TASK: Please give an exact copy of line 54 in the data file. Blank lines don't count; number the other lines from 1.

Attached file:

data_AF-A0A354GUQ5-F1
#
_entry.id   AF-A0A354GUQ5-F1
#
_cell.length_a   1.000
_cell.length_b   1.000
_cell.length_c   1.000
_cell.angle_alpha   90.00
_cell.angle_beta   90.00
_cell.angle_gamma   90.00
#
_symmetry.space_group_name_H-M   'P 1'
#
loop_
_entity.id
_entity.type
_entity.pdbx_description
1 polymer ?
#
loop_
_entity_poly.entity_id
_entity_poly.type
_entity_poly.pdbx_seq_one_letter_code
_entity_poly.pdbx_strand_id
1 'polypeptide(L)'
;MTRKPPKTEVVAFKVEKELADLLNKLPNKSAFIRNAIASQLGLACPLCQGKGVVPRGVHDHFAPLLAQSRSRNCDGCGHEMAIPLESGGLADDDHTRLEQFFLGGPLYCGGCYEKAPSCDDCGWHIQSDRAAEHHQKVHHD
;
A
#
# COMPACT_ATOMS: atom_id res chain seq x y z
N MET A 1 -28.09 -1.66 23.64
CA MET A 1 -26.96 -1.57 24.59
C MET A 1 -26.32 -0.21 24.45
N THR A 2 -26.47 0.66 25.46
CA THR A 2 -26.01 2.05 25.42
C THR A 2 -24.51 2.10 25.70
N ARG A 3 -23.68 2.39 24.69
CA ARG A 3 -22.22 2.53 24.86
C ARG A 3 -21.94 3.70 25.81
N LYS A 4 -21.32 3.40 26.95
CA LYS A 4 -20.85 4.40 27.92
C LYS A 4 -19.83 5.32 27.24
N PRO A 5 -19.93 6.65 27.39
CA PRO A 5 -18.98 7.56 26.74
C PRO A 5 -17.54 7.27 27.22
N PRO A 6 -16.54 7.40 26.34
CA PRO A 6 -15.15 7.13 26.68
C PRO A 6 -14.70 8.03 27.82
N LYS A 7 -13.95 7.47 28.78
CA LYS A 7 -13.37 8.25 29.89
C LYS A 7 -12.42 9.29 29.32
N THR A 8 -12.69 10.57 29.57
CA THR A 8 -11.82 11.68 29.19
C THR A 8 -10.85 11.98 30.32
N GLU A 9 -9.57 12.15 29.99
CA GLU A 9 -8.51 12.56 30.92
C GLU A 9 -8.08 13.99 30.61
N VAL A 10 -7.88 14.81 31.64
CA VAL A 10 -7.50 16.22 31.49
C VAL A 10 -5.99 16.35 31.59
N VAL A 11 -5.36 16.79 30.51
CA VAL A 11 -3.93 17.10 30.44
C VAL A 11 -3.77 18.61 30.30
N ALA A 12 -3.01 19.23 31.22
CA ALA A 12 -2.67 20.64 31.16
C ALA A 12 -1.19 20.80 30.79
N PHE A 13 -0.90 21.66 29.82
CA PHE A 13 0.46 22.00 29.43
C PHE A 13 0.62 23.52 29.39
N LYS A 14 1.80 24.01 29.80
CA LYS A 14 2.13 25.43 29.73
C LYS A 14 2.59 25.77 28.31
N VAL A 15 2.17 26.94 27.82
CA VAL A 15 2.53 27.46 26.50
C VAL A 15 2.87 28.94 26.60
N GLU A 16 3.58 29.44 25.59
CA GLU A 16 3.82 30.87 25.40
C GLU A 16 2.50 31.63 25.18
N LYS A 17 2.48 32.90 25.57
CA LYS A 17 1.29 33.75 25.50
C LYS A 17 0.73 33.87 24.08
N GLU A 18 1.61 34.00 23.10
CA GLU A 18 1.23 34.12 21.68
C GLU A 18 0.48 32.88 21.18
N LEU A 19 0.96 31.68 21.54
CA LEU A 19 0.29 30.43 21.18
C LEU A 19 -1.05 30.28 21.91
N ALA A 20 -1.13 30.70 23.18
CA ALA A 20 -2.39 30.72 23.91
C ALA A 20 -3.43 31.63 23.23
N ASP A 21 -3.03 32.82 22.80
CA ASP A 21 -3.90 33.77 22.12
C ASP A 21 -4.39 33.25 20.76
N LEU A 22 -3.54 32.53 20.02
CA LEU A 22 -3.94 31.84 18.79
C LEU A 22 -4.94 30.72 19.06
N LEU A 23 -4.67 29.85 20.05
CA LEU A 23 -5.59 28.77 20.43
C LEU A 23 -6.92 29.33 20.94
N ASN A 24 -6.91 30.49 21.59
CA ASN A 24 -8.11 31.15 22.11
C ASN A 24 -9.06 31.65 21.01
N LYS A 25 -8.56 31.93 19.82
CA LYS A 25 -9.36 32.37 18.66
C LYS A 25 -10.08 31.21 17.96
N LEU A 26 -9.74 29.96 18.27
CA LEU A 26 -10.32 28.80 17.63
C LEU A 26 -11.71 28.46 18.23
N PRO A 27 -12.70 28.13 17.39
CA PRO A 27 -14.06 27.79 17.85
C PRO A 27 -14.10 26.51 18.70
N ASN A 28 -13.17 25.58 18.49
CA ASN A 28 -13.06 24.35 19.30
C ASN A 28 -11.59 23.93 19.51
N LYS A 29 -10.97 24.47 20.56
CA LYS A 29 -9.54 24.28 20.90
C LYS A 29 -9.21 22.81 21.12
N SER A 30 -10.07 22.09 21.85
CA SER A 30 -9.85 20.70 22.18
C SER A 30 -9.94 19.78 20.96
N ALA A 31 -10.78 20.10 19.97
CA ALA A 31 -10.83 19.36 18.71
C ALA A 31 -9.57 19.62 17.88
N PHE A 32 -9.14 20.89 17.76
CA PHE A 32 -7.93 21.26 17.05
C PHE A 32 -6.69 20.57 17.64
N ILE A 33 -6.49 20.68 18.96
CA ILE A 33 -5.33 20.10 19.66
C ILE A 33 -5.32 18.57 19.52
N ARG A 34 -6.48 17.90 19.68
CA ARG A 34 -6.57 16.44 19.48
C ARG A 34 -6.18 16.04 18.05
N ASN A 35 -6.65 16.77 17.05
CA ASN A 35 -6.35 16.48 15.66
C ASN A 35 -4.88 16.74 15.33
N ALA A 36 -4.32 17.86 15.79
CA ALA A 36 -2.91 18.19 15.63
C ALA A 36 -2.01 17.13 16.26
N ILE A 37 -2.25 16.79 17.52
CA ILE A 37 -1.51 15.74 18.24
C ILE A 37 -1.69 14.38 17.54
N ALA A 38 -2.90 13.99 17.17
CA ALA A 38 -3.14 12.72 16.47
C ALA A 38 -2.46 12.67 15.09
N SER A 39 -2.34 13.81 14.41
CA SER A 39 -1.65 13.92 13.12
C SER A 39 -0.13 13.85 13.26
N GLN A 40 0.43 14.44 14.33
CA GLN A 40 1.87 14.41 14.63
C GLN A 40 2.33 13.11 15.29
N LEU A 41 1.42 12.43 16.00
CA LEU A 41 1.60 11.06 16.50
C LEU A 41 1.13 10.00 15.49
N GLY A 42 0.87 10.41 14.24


C THR A 8 -10.85 11.98 30.32